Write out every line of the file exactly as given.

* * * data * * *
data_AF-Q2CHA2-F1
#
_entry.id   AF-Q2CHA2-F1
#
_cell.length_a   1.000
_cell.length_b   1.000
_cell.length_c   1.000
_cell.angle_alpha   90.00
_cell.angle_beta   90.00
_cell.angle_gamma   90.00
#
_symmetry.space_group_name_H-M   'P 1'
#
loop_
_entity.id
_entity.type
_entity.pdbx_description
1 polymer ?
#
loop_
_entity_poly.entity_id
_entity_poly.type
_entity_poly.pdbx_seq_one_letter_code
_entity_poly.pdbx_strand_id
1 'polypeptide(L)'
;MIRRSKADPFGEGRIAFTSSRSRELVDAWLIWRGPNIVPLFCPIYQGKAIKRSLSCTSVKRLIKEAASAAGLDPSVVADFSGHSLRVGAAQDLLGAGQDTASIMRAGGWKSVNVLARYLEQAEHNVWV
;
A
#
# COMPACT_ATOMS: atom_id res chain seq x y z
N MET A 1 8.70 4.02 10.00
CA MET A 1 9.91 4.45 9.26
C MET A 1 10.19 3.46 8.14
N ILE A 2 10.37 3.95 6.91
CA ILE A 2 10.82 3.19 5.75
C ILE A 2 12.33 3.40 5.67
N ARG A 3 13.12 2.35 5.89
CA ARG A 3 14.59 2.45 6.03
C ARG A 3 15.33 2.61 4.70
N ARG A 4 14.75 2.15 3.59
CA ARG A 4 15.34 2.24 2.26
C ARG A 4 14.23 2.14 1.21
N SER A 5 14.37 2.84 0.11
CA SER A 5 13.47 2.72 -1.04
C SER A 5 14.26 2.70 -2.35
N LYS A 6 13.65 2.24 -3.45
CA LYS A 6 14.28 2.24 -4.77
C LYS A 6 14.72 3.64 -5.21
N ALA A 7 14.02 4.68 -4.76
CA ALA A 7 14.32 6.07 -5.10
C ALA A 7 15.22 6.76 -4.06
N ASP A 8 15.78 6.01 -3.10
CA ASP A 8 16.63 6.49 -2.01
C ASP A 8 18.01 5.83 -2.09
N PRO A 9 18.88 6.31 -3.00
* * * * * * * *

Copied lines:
data_AF-Q2CHA2-F1
#
_entry.id   AF-Q2CHA2-F1
#
_cell.length_a   1.000
_cell.length_b   1.000
_cell.length_c   1.000
_cell.angle_alpha   90.00
_cell.angle_beta   90.00
_cell.angle_gamma   90.00
#
_symmetry.space_group_name_H-M   'P 1'
#
loop_
_entity.id
_entity.type
_entity.pdbx_description
1 polymer ?
#
loop_
_entity_poly.entity_id
_entity_poly.type
_entity_poly.pdbx_seq_one_letter_code
_entity_poly.pdbx_strand_id
1 'polypeptide(L)'
;MIRRSKADPFGEGRIAFTSSRSRELVDAWLIWRGPNIVPLFCPIYQGKAIKRSLSCTSVKRLIKEAASAAGLDPSVVADFSGHSLRVGAAQDLLGAGQDTASIMRAGGWKSVNVLARYLEQAEHNVWV
;
A
#
# COMPACT_ATOMS: atom_id res chain seq x y z
N MET A 1 8.70 4.02 10.00
CA MET A 1 9.91 4.45 9.26
C MET A 1 10.19 3.46 8.14
N ILE A 2 10.37 3.95 6.91
CA ILE A 2 10.82 3.19 5.75
C ILE A 2 12.33 3.40 5.67
N ARG A 3 13.12 2.35 5.89
CA ARG A 3 14.59 2.45 6.03
C ARG A 3 15.33 2.61 4.70
N ARG A 4 14.75 2.15 3.59
CA ARG A 4 15.34 2.24 2.26
C ARG A 4 14.23 2.14 1.21
N SER A 5 14.37 2.84 0.11
CA SER A 5 13.47 2.72 -1.04
C SER A 5 14.26 2.70 -2.35
N LYS A 6 13.65 2.24 -3.45
CA LYS A 6 14.28 2.24 -4.77
C LYS A 6 14.72 3.64 -5.21
N ALA A 7 14.02 4.68 -4.76
CA ALA A 7 14.32 6.07 -5.10
C ALA A 7 15.22 6.76 -4.06
N ASP A 8 15.78 6.01 -3.10
CA ASP A 8 16.63 6.49 -2.01
C ASP A 8 18.01 5.83 -2.09
N PRO A 9 18.88 6.31 -3.00